Originally posted by Dr. Davis on 2015-05-30
on the Wheat Belly Blog,
sourced from and currently found at: Infinite Health Blog.
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Vanessa freed of the appetite stimulating effects of wheat and grains
Vanessa shared her “before” and “after” photos and her experience following the Wheat Belly lifestyle:
“I am 34 years old, married, and the mother of four. Last September, I read Wheat Belly and started gluten-free, sugar-free eating on October 6th, 2014. This way of eating really does change one’s body and way of life. It’s so important to watch those sugars and any gluten food, because those cravings wreak havoc! It makes it harder to get back to doing things right.
“I started on October 6th, 2014 and had a starting weight of 226 lbs. I now weigh 143.”
(Just to be clear to any newcomers reading this, Wheat Belly is often characterized as a “gluten-free” lifestyle; this is not quite right. It is a grain-free lifestyle that ends up being gluten-free, since only grains contain the gluten protein. Being grain-free is far more powerful than being gluten-free.)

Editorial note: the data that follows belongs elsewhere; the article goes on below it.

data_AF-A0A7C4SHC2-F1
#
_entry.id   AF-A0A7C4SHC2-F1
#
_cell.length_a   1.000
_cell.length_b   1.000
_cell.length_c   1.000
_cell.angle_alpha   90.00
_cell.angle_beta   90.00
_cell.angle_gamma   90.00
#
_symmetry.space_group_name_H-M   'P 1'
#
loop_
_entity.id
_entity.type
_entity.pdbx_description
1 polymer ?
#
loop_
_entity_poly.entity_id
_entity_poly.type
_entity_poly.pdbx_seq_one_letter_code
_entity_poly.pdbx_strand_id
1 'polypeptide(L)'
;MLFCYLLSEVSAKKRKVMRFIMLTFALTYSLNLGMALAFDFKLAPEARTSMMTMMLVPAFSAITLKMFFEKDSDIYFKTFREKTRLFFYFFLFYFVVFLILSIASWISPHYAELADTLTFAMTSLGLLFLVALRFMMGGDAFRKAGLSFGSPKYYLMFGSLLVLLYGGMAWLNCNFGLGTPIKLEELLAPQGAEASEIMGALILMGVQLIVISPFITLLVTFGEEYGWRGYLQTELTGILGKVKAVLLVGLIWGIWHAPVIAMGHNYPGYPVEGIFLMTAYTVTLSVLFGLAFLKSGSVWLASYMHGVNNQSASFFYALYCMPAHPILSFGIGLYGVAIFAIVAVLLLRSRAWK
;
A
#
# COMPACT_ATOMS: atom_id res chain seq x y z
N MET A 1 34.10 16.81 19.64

Vanessa’s story is a great reminder that wheat and grains are more than just sources of carbohydrates; they act as appetite stimulants due to several effects:
Gliadin protein-derived opiates–that bind to the opiate receptors of the human brain, triggering appetite and addictive eating behavior.
Leptin blockade–Leptin is the hormone of satiety, blocked by other gliadin-derived peptides and perhaps by the lectin protein of wheat and related grains, wheat germ agglutinin.
High blood sugars–that are followed by low blood sugars, with the lows accompanied by mental fog, fatigue, and hunger in a 90- to 120-minute cycle. This is due to the unique carbohydrate of wheat and grains, amylopectin A, unusually susceptible to digestion by the enzyme amylase in saliva and stomach.
The weight gain effects of wheat and grains are further amplified by insulin resistance that develops due to the high blood sugar effect, insulin resistance and inflammation that worsens as visceral belly fat grows, and by undesirable changes in bowel flora to accommodate to the unnatural consumption of wheat and grains, something that humans are not fully adapted to consuming.
Put it all together and an experience like Vanessa’s can develop, not because she is “low-carb,” but because she has removed the powerful appetite-stimulating and metabolism-disrupting effects of the various components of wheat and grains.